The Ellesmere portraitist did not have much to work on in his portrait of The Man of Law; he provided him with the "coif" that marks a Sergeant at Law, and followed what little description Chaucer provided:
He rood but hoomly in a medlee cote,
Girt with a ceint of silk, with barres smale;
Of his array telle I no lenger tale.
Syrian merchants carry home to their Sultan news of the beautiful and virtuous Custance, daughter of the Emperor of Rome. He loves her unseen and agrees to adopt Christianity if she will be his wife. The Emperor agrees and Custance leaves sadly for Syria. The Sultan's mother, enraged that her son has determined to take a new faith, arranges a massacre at a welcoming banquet. All are slain except Custance, who is set adrift in a rudderless boat. She drifts to Northumbria. She is taken in by a constable and his wife Hermengild, both of whom become Christian. An evil knight slays Hermengild and blames Custance for the deed. King Alla holds court, and the knight who accuses Custance is struck dead. Alla marries Custance. They have a male child, Maurice. Donegild, the king's mother, by falsified letters makes Alla think Custance has borne a monster, and she contrives the exile of Custance and her son. They are set adrift in the same rudderless boat in which she arrived. Alla learns the truth and slays Donegild. Custance drifts near a castle, where the lord's steward comes aboard and tries to rape her; aided by heaven, she knocks him overboard and drifts on. A Roman senator, returning from a punitive expedition to Syria, comes upon Custance in her boat and brings her and her son to Rome. Meanwhile, King Alla has set out from for Rome to do penance for killing Donegild. Alla and Custance are reunited when Alla sees Maurice and recognizes his resemblance to Custance. She is then reunited with her father, the Emperor. Later Mauruce succeeds to the imperial throne. Alla and Custance return to Northumbria. When Alla dies, Custance returns to her father in Rome.
(Students reading this tale for the first time may find an interlinear translation helpful.)
The Tale told by the Man of Law also appears in John Gower's Confession Amantis. That fact is important to the Introduction to The Man of Law's Tale: in that introduction, the Man of Law first praises Chaucer for his exaltation of women and he lists the heroines of Chaucer's Legend of Good Women (along with others who may or may not have been intended for later inclusion in that work). Then he says that Chaucer would never tell such "cursed stories" as the tales of Canace and Machaire and of Appolonius of Tyre. Both are stories of incest; both tales also appear in the work of his friend, John Gower in his Confessio Amantis:
For a glossed version of Gower's story of Canace and Machaire see: The Tale of Canace.
For Apollonius of Tyre see: The Confessio Amantis, Book VIII, lines 271-2028, in the electronic text collection at the University of Michigan (This is not glossed; one must use the printed version of Macaculay's edition for notes and glosses).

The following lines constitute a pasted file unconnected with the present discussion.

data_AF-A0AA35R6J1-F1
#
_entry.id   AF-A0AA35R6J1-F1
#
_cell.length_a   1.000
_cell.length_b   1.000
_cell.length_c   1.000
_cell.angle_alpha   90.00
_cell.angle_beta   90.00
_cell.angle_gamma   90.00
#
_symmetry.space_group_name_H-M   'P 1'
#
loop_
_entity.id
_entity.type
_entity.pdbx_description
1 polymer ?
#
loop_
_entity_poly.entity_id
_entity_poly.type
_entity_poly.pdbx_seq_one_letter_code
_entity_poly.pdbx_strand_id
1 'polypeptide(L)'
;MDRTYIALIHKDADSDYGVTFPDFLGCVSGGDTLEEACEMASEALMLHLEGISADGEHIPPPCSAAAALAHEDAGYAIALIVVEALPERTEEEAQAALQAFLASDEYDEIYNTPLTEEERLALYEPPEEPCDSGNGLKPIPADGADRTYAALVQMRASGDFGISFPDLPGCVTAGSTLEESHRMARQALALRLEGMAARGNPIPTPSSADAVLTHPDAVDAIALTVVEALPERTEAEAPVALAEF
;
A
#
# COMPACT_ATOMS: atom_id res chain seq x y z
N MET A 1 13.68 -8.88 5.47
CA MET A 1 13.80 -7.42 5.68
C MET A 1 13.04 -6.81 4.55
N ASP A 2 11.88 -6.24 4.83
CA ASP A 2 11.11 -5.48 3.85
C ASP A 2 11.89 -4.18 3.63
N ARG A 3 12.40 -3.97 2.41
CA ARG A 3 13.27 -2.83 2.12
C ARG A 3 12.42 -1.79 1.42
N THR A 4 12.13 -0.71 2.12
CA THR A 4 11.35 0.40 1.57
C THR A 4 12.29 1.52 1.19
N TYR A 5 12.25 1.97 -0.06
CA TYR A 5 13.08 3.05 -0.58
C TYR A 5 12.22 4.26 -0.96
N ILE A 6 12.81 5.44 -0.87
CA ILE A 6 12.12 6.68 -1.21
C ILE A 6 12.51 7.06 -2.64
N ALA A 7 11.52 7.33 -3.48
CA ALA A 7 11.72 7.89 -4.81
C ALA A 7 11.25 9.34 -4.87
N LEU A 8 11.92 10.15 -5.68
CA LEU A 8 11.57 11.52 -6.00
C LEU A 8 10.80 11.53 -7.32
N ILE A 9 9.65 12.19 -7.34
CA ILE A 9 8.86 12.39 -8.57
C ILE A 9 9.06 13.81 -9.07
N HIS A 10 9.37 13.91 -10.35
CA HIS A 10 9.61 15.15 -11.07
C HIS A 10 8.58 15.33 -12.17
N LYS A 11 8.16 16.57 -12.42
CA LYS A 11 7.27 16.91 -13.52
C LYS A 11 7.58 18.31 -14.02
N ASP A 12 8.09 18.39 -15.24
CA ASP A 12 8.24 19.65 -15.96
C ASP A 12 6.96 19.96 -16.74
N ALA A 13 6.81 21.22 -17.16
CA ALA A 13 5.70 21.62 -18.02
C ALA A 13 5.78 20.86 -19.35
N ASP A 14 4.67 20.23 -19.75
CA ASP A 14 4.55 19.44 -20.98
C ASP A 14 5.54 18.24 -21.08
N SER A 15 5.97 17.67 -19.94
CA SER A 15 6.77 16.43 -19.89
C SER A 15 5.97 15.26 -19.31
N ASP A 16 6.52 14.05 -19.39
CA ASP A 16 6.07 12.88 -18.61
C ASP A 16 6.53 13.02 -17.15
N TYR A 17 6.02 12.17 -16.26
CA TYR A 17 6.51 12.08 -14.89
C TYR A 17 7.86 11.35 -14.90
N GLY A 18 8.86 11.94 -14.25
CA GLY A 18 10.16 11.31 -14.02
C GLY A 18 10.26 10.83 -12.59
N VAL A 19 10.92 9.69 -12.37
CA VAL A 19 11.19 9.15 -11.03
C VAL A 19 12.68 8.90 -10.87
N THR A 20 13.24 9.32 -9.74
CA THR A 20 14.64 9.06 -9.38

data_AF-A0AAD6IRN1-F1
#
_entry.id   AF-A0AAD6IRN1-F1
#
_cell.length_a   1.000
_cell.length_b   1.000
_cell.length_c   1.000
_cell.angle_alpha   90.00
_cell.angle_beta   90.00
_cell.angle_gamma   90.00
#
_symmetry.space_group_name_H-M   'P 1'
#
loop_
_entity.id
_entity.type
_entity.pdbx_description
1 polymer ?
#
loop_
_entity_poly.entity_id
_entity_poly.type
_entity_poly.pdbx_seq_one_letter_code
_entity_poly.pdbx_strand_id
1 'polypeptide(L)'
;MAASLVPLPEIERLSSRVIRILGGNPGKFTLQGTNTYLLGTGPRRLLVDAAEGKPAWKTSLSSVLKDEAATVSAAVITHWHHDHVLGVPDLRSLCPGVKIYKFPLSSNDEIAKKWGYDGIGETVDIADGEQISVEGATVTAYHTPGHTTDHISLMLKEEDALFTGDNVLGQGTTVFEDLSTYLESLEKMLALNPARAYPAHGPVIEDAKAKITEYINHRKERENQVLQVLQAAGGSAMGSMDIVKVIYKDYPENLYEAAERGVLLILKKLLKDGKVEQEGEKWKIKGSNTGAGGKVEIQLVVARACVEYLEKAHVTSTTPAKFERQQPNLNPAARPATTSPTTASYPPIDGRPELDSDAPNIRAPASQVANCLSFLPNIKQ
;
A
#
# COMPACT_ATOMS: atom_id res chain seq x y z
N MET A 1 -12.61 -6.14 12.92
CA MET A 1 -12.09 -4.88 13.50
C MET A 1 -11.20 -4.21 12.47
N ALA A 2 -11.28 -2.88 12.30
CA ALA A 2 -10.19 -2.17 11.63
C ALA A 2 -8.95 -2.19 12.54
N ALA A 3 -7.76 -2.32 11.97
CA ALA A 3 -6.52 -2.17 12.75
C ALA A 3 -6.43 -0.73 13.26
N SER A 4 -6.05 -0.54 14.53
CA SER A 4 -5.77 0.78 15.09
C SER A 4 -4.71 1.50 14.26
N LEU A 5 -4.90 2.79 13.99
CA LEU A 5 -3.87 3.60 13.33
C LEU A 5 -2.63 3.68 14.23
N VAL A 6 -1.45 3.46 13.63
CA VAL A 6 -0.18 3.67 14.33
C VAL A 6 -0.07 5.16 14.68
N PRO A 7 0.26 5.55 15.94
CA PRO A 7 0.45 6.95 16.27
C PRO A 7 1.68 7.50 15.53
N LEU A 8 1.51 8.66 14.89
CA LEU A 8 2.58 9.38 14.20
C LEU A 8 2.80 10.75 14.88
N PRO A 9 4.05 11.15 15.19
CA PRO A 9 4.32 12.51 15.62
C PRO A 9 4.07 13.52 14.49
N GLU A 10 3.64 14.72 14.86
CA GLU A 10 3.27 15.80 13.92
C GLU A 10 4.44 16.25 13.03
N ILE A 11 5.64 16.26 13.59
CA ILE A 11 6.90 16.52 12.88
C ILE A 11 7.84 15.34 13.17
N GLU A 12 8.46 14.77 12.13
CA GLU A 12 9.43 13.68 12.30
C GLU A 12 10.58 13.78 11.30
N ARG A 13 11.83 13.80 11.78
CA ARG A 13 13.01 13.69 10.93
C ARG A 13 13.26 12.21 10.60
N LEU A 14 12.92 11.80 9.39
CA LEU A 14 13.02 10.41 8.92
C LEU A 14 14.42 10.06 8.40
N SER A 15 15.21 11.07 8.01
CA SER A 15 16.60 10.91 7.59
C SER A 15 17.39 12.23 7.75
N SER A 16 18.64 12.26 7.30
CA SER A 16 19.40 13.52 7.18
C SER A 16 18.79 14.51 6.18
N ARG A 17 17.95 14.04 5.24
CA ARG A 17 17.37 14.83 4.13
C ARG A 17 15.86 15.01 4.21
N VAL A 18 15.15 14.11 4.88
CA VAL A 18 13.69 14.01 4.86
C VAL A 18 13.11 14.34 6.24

The story of Constance belongs to a tradition of stories of "exiled queens" -- see Margaret Schlauch, Constance and Accused Queens. In many of the stories, attempted incest is the cause of the heroine's initial exile. This is the case in Emaré, a fourteenth-century work that contains an earlier version of the story of Constance and her exile.
There is no trace of the theme of incest in the source on which both Chaucer and Gower drew for their tales of Constance. They used the same direct source, a story in Nicholas Trivet's Anglo-French Chronicle; see The Riverside Chaucer, p. 857, and Sources and Analogues of the Canterbury Tales, ed. W. F, Bryan and Germaine Dempster (Chicago, 1941; New York, 1958) . A comparison of the Man of Law's Tale and Gower's "Tale of Constance" is thus especially revealing.
See Gower's Tale of Constance.
Since there is no incest in the tale of Constance, why Chaucer raises the subject is not at all clear; perhaps he merely wishes to needle his friend John Gower, whom he elsewhere rightly calls "moral Gower." As noted above, the Tale of Constance, which follows, is a tale that Gower also tells in his Confessio, and this is the first of a number of tales in The Canterbury Tales that have analogues in Gower's work: The Wife of Bath's Tale, The Physician's Tale, and the Manciple's Tale, like the Man of Law's Tale, have their counterparts in The Confessio Amantis. It is almost as if Chaucer is challenging his friend to a tale-telling contest of the sort that Harry Bailey establishes for the pilgrims themselves.
The most notable difference between Gower's and Chaucer's versions is obvious even on a casual reading of the two texts: Chaucer's version is cast in the elegant rime royal stanza, which Chaucer first employed in English verse, and his tale, unlike Gower's rather plain style, is cast in the elaborate high style,which his contemporaries and imitators regarded as his principal contribution to English poetry.
For a bibliography of critical and scholarly works on the Man of Law's Tale click here.